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The US Decision to Conduct
Unrestricted Submarine Warfare
by Joel Ira Halwitt
Texas A&M Press, 2009

Jerry Holland is a retired submarine officer and frequent contributor to THE SUBMARINE REVIEW and the Naval Institute PROCEEDINGS. He is the Vice President of the Naval Historical Foundation.

Chronicles of submarine exploits in World War II are blessed with dozens of fine writers from Clay Blair to Ned Beach. The period between the two World Wars has not been as fortunate. Gary Weir has documented the tribulations with submarine design and construction and others have touched on the errors of training and doctrine that handicapped submarine actions in the early days. But until now how the Navy managed to instantaneously move from the overt legal restrictions of the naval arms treaties that bound submarines to the cruiser rules of eighteenth century to a declaration of unrestricted submarine warfare against Japan immediately after the attack on Pearl Harbor has never been explained. Lieutenant Holwitt has dissected this process and has created a compelling story of who did what, when and to whom.

The United States entered World War I chiefly because Germany’s unrestricted warfare violated the traditional American belief in freedom of the seas and the legal restraints that arose from this strongly held position. The thrust then of all international diplomatic and internal US political action after that war was to abolish submarine warfare. Though both the United States and Great Britain, the dominant sea powers, favored such a move,
France refused. When elimination of submarines proved impossible, treaty restraints obliged submarines to follow the rules of cruiser warfare requiring them to stop a commercial ship, identify the cargo as contraband and place the crew in a safe condition, all before firing on the ship. In the efforts to control naval armaments between the wars, the proponents and officials representing the United States were politicians and statesmen. Noticeable in most of these negotiations was the absence of any naval officers.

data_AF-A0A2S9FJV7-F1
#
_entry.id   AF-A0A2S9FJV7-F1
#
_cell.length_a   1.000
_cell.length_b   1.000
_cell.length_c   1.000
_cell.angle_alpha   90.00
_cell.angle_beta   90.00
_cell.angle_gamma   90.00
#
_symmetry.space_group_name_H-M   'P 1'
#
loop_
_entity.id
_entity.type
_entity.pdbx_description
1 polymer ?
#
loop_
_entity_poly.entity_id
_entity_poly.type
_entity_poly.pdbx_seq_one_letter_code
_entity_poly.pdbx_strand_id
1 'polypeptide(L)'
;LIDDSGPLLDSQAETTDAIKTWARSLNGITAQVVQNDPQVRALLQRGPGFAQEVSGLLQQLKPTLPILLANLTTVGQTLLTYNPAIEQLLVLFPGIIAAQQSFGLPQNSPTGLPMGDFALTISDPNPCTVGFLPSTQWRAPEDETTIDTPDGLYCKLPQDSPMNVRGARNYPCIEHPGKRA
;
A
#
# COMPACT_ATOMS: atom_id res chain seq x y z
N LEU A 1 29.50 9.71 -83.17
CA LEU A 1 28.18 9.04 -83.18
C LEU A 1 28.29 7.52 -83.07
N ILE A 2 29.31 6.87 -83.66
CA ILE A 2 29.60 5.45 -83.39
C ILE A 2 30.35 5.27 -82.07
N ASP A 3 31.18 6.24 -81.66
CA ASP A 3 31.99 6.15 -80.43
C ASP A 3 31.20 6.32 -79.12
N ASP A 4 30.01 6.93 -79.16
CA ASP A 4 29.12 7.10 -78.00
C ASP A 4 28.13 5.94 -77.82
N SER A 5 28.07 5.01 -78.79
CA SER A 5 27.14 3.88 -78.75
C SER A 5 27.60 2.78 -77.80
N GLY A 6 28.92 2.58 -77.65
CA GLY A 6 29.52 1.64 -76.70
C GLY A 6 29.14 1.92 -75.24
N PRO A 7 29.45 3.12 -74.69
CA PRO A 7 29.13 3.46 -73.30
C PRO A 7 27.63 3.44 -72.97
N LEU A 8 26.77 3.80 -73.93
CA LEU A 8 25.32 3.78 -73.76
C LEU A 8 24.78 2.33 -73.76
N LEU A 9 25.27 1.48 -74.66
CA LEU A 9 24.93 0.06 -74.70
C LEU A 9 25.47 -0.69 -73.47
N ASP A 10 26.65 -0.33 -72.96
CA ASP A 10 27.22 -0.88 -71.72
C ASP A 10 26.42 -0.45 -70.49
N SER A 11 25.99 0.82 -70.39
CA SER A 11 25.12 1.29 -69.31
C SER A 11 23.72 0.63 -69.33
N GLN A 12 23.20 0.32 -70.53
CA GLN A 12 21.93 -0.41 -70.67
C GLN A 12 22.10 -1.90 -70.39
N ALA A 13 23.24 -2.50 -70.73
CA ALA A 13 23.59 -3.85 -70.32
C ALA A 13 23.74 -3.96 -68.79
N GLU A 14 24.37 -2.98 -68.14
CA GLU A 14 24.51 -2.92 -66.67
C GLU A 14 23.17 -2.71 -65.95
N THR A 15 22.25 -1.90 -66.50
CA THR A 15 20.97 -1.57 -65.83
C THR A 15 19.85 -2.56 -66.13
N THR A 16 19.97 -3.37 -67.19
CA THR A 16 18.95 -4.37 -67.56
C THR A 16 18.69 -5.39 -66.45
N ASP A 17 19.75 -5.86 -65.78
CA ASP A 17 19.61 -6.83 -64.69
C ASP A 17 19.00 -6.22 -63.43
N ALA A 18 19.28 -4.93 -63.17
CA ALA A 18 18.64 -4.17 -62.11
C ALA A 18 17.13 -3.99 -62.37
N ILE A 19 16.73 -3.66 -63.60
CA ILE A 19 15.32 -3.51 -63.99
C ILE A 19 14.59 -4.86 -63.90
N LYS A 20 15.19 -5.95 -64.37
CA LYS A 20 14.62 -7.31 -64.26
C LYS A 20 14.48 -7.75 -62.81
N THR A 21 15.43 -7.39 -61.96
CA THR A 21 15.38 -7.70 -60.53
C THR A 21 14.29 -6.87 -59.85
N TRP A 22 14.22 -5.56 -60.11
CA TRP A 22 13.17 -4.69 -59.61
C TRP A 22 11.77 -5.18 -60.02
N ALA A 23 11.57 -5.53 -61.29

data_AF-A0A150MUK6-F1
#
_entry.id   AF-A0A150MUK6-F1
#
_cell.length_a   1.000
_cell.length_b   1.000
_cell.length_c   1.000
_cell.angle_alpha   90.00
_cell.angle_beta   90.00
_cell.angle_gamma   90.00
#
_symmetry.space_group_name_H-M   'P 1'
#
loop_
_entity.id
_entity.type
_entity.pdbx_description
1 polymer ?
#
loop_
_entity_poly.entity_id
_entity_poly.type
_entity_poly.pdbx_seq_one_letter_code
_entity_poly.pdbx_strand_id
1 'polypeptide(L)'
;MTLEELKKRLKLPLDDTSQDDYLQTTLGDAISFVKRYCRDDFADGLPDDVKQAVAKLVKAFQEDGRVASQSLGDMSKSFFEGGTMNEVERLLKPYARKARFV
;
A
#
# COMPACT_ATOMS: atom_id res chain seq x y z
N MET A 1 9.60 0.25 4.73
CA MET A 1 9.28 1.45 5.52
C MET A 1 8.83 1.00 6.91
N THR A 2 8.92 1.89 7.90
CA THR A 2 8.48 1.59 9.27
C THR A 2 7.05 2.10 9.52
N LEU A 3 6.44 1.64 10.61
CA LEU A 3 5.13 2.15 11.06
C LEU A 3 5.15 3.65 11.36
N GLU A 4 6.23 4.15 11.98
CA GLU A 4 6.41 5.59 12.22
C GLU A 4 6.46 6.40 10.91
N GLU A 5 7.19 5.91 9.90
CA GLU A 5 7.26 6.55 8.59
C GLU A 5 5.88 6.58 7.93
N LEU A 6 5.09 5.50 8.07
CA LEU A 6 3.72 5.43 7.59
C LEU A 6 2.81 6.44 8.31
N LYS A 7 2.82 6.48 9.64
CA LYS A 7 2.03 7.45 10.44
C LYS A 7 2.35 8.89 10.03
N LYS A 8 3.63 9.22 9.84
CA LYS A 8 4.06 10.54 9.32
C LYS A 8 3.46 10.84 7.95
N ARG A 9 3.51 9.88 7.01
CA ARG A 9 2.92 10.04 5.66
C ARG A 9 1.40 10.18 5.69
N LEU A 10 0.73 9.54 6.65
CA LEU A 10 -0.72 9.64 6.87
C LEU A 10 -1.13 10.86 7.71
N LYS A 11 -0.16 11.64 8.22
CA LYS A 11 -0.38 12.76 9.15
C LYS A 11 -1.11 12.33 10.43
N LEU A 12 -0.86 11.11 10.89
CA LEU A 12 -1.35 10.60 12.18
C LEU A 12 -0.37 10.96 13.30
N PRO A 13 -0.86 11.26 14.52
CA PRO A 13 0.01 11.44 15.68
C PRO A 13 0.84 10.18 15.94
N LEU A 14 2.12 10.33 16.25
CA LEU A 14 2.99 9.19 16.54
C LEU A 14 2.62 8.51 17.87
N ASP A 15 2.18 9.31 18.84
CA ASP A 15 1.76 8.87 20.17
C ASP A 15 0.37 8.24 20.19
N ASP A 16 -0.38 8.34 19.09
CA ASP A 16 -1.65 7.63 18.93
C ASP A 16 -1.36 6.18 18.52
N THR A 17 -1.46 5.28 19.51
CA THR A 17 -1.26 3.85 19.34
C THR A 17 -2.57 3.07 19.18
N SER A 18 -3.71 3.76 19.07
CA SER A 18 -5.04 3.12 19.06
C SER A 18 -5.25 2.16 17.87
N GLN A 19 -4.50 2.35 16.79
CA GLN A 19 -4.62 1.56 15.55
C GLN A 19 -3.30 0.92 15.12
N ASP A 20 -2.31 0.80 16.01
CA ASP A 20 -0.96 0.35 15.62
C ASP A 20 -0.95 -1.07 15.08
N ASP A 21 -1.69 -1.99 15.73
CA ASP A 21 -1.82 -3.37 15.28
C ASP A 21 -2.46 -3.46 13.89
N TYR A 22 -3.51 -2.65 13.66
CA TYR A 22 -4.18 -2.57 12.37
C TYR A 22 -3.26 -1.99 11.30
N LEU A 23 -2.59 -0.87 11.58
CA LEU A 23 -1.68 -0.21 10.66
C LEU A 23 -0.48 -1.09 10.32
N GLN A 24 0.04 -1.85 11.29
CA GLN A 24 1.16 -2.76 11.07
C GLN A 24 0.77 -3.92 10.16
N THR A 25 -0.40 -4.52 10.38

While those efforts played out in the arena of world politics, as early as 1919 a panel of US submarine officers wrote, “It is dangerous to evade the fact that Japan is our most probable enemy . . . . There is no quicker or more effective method of defeating Japan than the cutting of her sea communications.” Holwitt follows these dual tracks through a maze of conflicting directives and efforts over the next twenty-two years.

One of the most astute and widely recognized refutations of the prohibitions against submarine warfare was then Lieutenant H. G. Rickover’s essay in the May 1935 Naval Institute PROCEEDINGS, “International Law and Submarines”. Rickover argued that applying the rules of cruiser warfare was impractical and would have to be abandoned regardless of legal constraints or treaty provisions. His was one of the few open source discussions of the problem that was being dissected quietly by the Navy’s most senior officers. As the author explains, unrestricted submarine warfare against Japan was being planned even as legalistic arguments over “Tentative Instructions for the Conduct of War” were being debated between lawyers and the Naval War College.

Evidence of this planning was the order of the Commander in Chief of the Asiatic Fleet, Admiral Thomas C. Hart, to execute unrestricted warfare issued just two hours after the first Japanese strike at Pearl Harbor; thus reversing U.S. official policy without consulting anyone. The Chief of Naval Operations, Admiral Harold Stark, issued a similar directive just four and a half hours after the Japanese attack started following a short meeting with the

President in which such a directive may have been mentioned though no evidence exists that the policy was discussed.

This excellent book arose from the author’s PhD thesis in history from Ohio State University. Done with the exceptional thoroughness one would expect from an officer trained in pre-critical check-offs, the end notes and bibliography are a superb resource for any serious student interested in submarines and naval arms limitations policy during the period from 1919 through 1941, The author will surprise most readers by revealing in his final chapter that the London Protocol of 1936 banning unrestricted submarine warfare is still technically the law though characterized by a noted legal scholar as “only in the thinnest stratosphere of reality”.

CAPT Curtis R. Stevens, USN

Mr. Scott Still

CAPT Alan S. Cabot, USN (Rel)
CDR Scott A. Chester, USN (Ret)
CAPT Joseph M. Fallone, USN (Ret)
RADM Larry R. Marsh, USN (Rel)
Mr. Joseph A. Moscatelli
CAPT D. Louis Peoples, USN (Ret)
LT Howard M. Stiver, USN (Ret)
LCDR Robert B. Thompson, USN (Ret)

Mr. Bernard F. O’Neill

LCDR Warren G. Martens, USN (Ret)
LCDR William F. Ruoff, III, USN (Ret)

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